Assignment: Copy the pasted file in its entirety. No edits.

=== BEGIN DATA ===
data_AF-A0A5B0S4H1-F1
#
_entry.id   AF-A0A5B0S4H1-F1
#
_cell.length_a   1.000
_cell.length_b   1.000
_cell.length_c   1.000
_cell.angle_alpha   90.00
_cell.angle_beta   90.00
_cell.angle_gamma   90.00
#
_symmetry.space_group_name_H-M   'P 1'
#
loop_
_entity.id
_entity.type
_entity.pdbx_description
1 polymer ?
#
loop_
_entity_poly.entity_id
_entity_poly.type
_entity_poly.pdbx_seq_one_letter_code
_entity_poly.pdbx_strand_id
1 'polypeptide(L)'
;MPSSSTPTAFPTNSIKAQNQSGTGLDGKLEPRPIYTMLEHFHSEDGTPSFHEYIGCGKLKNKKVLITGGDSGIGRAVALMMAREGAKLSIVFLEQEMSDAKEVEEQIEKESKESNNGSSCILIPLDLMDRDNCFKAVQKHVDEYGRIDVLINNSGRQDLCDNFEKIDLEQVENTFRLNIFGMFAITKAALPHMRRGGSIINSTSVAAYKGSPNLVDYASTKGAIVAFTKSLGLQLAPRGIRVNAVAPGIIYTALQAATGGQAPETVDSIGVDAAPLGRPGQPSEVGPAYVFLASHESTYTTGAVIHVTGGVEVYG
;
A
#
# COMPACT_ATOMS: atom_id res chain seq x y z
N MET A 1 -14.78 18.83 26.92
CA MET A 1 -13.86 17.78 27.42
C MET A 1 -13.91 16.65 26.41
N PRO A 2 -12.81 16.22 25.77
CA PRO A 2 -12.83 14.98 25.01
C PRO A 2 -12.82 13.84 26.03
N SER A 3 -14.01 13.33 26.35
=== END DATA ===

data_AF-A0A5B0S4H1-F1
#
_entry.id   AF-A0A5B0S4H1-F1
#
_cell.length_a   1.000
_cell.length_b   1.000
_cell.length_c   1.000
_cell.angle_alpha   90.00
_cell.angle_beta   90.00
_cell.angle_gamma   90.00
#
_symmetry.space_group_name_H-M   'P 1'
#
loop_
_entity.id
_entity.type
_entity.pdbx_description
1 polymer ?
#
loop_
_entity_poly.entity_id
_entity_poly.type
_entity_poly.pdbx_seq_one_letter_code
_entity_poly.pdbx_strand_id
1 'polypeptide(L)'
;MPSSSTPTAFPTNSIKAQNQSGTGLDGKLEPRPIYTMLEHFHSEDGTPSFHEYIGCGKLKNKKVLITGGDSGIGRAVALMMAREGAKLSIVFLEQEMSDAKEVEEQIEKESKESNNGSSCILIPLDLMDRDNCFKAVQKHVDEYGRIDVLINNSGRQDLCDNFEKIDLEQVENTFRLNIFGMFAITKAALPHMRRGGSIINSTSVAAYKGSPNLVDYASTKGAIVAFTKSLGLQLAPRGIRVNAVAPGIIYTALQAATGGQAPETVDSIGVDAAPLGRPGQPSEVGPAYVFLASHESTYTTGAVIHVTGGVEVYG
;
A
#
# COMPACT_ATOMS: atom_id res chain seq x y z
N MET A 1 -14.78 18.83 26.92
CA MET A 1 -13.86 17.78 27.42
C MET A 1 -13.91 16.65 26.41
N PRO A 2 -12.81 16.22 25.77
CA PRO A 2 -12.83 14.98 25.01
C PRO A 2 -12.82 13.84 26.03
N SER A 3 -14.01 13.33 26.35